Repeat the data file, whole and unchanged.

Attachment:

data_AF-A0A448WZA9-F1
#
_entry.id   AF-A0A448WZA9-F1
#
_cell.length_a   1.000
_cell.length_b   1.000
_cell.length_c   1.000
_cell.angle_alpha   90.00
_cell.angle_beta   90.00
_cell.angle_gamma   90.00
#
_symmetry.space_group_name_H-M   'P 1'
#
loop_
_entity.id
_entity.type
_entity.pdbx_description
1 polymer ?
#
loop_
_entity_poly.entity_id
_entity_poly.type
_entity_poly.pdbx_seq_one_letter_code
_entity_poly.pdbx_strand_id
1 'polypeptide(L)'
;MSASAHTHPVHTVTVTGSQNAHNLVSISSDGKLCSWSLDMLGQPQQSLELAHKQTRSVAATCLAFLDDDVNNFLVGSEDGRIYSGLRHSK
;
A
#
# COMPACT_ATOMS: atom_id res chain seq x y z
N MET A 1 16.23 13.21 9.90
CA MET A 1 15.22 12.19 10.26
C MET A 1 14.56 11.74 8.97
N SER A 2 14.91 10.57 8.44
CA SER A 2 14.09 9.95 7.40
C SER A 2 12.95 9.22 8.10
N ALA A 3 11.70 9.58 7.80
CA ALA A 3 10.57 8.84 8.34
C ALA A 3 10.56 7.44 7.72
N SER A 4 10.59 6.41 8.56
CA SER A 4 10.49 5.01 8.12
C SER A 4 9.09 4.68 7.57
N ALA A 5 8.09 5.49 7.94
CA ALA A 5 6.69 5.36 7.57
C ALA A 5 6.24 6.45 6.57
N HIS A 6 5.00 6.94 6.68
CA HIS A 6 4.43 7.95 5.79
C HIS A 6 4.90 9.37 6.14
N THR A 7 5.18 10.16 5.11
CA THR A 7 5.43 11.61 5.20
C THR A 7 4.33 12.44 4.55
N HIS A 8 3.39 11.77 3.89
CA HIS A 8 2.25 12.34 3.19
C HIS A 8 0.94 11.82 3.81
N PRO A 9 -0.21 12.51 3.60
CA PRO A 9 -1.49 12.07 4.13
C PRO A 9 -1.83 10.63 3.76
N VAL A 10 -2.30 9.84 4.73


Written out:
data_AF-A0A448WZA9-F1
#
_entry.id   AF-A0A448WZA9-F1
#
_cell.length_a   1.000
_cell.length_b   1.000
_cell.length_c   1.000
_cell.angle_alpha   90.00
_cell.angle_beta   90.00
_cell.angle_gamma   90.00
#
_symmetry.space_group_name_H-M   'P 1'
#
loop_
_entity.id
_entity.type
_entity.pdbx_description
1 polymer ?
#
loop_
_entity_poly.entity_id
_entity_poly.type
_entity_poly.pdbx_seq_one_letter_code
_entity_poly.pdbx_strand_id
1 'polypeptide(L)'
;MSASAHTHPVHTVTVTGSQNAHNLVSISSDGKLCSWSLDMLGQPQQSLELAHKQTRSVAATCLAFLDDDVNNFLVGSEDGRIYSGLRHSK
;
A
#
# COMPACT_ATOMS: atom_id res chain seq x y z
N MET A 1 16.23 13.21 9.90
CA MET A 1 15.22 12.19 10.26
C MET A 1 14.56 11.74 8.97
N SER A 2 14.91 10.57 8.44
CA SER A 2 14.09 9.95 7.40
C SER A 2 12.95 9.22 8.10
N ALA A 3 11.70 9.58 7.80
CA ALA A 3 10.57 8.84 8.34
C ALA A 3 10.56 7.44 7.72
N SER A 4 10.59 6.41 8.56
CA SER A 4 10.49 5.01 8.12
C SER A 4 9.09 4.68 7.57
N ALA A 5 8.09 5.49 7.94
CA ALA A 5 6.69 5.36 7.57
C ALA A 5 6.24 6.45 6.57
N HIS A 6 5.00 6.94 6.68
CA HIS A 6 4.43 7.95 5.79
C HIS A 6 4.90 9.37 6.14
N THR A 7 5.18 10.16 5.11
CA THR A 7 5.43 11.61 5.20
C THR A 7 4.33 12.44 4.55
N HIS A 8 3.39 11.77 3.89
CA HIS A 8 2.25 12.34 3.19
C HIS A 8 0.94 11.82 3.81
N PRO A 9 -0.21 12.51 3.60
CA PRO A 9 -1.49 12.07 4.13
C PRO A 9 -1.83 10.63 3.76
N VAL A 10 -2.30 9.84 4.73